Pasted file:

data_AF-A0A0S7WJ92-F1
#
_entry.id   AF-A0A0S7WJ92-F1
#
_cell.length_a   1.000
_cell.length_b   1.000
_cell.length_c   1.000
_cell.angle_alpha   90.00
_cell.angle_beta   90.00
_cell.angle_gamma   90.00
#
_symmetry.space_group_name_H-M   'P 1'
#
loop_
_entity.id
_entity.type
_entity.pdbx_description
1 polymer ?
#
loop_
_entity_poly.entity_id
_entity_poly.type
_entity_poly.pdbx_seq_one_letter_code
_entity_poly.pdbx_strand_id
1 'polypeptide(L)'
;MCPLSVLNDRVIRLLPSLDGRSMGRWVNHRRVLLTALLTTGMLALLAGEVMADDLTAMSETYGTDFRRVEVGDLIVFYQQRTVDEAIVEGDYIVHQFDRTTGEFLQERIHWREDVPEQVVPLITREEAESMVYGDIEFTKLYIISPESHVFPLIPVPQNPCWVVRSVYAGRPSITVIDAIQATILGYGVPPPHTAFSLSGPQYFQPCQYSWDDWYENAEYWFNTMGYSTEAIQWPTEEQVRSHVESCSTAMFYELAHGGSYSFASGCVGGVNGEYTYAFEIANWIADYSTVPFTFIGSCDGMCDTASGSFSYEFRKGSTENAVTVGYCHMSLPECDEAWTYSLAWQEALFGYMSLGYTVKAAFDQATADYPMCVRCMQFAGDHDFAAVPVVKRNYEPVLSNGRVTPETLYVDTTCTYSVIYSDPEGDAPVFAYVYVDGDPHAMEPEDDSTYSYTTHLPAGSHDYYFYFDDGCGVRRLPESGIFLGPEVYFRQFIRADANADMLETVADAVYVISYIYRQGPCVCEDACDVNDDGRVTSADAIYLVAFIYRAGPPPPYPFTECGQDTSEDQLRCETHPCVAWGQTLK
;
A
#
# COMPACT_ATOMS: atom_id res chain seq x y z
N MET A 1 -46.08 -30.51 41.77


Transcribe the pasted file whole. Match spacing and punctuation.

data_AF-A0A0S7WJ92-F1
#
_entry.id   AF-A0A0S7WJ92-F1
#
_cell.length_a   1.000
_cell.length_b   1.000
_cell.length_c   1.000
_cell.angle_alpha   90.00
_cell.angle_beta   90.00
_cell.angle_gamma   90.00
#
_symmetry.space_group_name_H-M   'P 1'
#
loop_
_entity.id
_entity.type
_entity.pdbx_description
1 polymer ?
#
loop_
_entity_poly.entity_id
_entity_poly.type
_entity_poly.pdbx_seq_one_letter_code
_entity_poly.pdbx_strand_id
1 'polypeptide(L)'
;MCPLSVLNDRVIRLLPSLDGRSMGRWVNHRRVLLTALLTTGMLALLAGEVMADDLTAMSETYGTDFRRVEVGDLIVFYQQRTVDEAIVEGDYIVHQFDRTTGEFLQERIHWREDVPEQVVPLITREEAESMVYGDIEFTKLYIISPESHVFPLIPVPQNPCWVVRSVYAGRPSITVIDAIQATILGYGVPPPHTAFSLSGPQYFQPCQYSWDDWYENAEYWFNTMGYSTEAIQWPTEEQVRSHVESCSTAMFYELAHGGSYSFASGCVGGVNGEYTYAFEIANWIADYSTVPFTFIGSCDGMCDTASGSFSYEFRKGSTENAVTVGYCHMSLPECDEAWTYSLAWQEALFGYMSLGYTVKAAFDQATADYPMCVRCMQFAGDHDFAAVPVVKRNYEPVLSNGRVTPETLYVDTTCTYSVIYSDPEGDAPVFAYVYVDGDPHAMEPEDDSTYSYTTHLPAGSHDYYFYFDDGCGVRRLPESGIFLGPEVYFRQFIRADANADMLETVADAVYVISYIYRQGPCVCEDACDVNDDGRVTSADAIYLVAFIYRAGPPPPYPFTECGQDTSEDQLRCETHPCVAWGQTLK
;
A
#
# COMPACT_ATOMS: atom_id res chain seq x y z
N MET A 1 -46.08 -30.51 41.77